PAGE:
Honors Colloquium / Philosophical Seminar:
Scanlon on Reasons, Value, and Morality
Richard Lee
Philosophy 3923 H 011 / 5983 011 Summer 1999

Course Policies

Tentative

Academic Dishonesty:
Cheating will not be tolerated. If academic dishonesty is suspected, it will be reported to the judicial coordinator and to the All University Judicial Board, where appropriate. See the University Policy on Academic Honesty.
Grading scale:
All papers and other work for credit will be graded on the basis of a raw score equal to the percentage of the total number of possible points (100). The final letter grade will be determined by the total raw score. Thus, two people with the same raw scores will receive the same letter grade. The scale of determination, however, is made only at the end of the course, once all the grades are in. Estimates may be offered earlier.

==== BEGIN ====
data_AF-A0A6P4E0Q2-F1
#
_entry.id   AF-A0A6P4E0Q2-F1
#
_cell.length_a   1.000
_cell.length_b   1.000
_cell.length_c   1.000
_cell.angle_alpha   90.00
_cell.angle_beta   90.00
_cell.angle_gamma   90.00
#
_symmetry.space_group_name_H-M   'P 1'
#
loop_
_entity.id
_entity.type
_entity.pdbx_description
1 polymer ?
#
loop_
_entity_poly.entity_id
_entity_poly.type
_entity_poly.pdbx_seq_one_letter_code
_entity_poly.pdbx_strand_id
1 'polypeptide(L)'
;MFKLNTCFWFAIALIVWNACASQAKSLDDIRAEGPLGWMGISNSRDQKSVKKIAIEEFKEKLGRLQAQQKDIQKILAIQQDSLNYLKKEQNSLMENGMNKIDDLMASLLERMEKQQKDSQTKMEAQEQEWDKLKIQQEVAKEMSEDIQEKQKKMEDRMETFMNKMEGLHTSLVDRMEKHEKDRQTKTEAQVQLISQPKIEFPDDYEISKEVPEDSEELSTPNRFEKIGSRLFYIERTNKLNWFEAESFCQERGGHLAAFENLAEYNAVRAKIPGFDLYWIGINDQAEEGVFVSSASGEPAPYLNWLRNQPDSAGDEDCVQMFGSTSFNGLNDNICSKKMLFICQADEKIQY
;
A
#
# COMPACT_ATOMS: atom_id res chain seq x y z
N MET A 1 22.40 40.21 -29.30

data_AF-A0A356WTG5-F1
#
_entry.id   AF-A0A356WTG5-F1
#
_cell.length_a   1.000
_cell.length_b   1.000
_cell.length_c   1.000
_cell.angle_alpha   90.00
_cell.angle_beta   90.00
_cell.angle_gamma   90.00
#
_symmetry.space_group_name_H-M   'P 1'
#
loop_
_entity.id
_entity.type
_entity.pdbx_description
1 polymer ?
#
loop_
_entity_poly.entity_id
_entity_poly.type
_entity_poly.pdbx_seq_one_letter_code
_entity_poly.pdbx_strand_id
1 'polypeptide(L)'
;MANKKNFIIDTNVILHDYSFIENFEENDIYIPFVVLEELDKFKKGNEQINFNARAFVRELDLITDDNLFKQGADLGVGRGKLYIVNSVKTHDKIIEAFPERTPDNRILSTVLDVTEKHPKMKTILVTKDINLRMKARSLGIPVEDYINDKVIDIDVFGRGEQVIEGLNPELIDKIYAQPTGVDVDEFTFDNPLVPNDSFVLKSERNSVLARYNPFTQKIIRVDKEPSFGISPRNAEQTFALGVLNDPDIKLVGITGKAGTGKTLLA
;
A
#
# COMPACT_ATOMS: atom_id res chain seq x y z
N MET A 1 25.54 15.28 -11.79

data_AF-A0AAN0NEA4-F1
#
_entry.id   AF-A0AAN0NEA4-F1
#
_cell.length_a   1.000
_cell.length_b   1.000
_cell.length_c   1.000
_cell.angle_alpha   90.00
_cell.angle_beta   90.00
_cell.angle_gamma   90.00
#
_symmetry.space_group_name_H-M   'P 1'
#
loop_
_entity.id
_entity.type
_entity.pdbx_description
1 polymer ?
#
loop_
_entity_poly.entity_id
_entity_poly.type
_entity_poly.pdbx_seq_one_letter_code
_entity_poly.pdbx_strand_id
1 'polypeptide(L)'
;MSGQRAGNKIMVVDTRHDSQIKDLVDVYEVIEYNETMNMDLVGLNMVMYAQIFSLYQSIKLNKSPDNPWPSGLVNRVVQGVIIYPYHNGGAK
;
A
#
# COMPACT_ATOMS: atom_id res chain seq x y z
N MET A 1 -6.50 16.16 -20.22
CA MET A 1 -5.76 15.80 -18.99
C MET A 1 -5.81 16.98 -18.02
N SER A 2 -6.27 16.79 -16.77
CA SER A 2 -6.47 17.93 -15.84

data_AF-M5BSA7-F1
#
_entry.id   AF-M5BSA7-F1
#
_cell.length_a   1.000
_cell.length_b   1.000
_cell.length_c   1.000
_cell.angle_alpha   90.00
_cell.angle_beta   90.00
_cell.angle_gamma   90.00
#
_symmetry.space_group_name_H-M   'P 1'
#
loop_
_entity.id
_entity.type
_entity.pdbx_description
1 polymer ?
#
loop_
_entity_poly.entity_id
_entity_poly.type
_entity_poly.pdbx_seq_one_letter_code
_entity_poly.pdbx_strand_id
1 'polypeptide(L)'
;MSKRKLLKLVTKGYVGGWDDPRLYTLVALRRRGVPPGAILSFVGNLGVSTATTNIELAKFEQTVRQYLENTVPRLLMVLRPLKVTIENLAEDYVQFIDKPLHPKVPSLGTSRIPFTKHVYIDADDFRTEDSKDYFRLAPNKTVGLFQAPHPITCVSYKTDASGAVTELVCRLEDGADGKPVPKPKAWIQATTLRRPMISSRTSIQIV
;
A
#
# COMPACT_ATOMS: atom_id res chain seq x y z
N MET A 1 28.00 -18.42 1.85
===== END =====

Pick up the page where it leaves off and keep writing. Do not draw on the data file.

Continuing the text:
Class attendance:
Students are expected to attend classes. In the unlikely event that a class needs to be canceled (e.g., because of weather), I will try to leave a message on my voice mail (575-5826).
Spelling and Grammar:
Mistakes in spelling and grammar are not appreciated. While no points will be taken off any paper or examination solely for mistakes in spelling or grammar, clarity is important in philosophy and errors in spelling or, particularly, grammar can make writing more difficult to understand. The same applies to illegibility. A paper with such errors may therefore receive a lower grade than it otherwise would, because it may therefore be less clear than it could be. The instructor may disregard any claim made in an ungrammatical sentence.
Reevaluation:
Any student may request that any paper, examination, or other course work be reevaluated if she or he feels that it has been unfairly or carelessly graded. No penalty will be imposed for taking advantage of this option, of course, but neither is there any guarantee that the grade will not decrease if the work looks inferior on the second reading.
Incompletes:
Failure to complete the assigned work on time is not a sufficient reason to be granted a grade of "incomplete" in the course. Giving birth to a child the morning of the final examination is, if a good faith effort has been made up to that point to keep up with the work.

Richard Lee, rlee@comp.uark.edu, last modified: 21 March 1999